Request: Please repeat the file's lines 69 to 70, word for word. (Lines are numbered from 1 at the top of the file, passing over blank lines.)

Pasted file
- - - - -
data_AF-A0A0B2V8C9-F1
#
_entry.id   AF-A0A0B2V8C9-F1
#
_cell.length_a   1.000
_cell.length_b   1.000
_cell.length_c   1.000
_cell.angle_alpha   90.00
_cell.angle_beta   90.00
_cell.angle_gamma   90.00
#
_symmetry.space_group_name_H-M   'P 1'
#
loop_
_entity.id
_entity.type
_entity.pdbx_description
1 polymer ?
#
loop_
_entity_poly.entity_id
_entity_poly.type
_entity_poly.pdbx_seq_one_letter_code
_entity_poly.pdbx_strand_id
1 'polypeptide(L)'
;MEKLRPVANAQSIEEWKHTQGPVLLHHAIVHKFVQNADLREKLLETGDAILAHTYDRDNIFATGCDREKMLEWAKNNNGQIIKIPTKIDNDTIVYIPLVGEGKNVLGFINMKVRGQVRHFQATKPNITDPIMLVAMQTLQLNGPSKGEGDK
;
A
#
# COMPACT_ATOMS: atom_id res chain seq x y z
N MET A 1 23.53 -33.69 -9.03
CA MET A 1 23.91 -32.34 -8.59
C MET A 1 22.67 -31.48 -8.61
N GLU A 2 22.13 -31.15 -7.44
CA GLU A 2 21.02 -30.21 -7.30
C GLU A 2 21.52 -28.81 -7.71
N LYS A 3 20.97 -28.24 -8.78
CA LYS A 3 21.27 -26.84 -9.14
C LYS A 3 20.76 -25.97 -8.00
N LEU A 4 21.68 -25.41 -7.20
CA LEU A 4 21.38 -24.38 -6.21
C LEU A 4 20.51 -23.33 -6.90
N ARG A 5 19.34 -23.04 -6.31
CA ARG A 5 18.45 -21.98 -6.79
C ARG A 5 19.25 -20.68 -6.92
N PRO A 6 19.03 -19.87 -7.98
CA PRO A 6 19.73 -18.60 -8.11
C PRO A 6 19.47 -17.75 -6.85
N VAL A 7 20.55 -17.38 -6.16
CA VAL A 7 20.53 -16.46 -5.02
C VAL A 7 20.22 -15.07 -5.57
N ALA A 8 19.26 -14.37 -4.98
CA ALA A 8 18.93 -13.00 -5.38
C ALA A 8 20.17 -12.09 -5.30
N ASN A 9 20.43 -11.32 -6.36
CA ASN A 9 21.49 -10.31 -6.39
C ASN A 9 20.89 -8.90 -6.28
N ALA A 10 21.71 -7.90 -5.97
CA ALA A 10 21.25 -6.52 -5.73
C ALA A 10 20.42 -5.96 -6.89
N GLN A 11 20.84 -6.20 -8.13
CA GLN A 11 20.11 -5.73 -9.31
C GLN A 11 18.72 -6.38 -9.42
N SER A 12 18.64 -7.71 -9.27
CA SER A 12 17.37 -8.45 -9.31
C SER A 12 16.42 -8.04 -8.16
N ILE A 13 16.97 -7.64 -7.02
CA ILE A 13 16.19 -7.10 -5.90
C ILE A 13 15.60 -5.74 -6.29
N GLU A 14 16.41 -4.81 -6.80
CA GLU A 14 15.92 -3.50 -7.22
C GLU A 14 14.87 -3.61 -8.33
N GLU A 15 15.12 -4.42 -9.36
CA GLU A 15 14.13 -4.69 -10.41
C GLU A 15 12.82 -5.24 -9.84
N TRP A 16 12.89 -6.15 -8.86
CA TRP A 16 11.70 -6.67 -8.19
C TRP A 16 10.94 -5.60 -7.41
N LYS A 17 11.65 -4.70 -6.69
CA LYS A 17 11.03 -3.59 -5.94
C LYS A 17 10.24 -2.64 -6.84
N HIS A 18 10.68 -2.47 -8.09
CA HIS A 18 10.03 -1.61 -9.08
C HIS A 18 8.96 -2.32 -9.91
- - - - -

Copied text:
C ILE A 13 15.60 -5.74 -6.29
N GLU A 14 16.41 -4.81 -6.80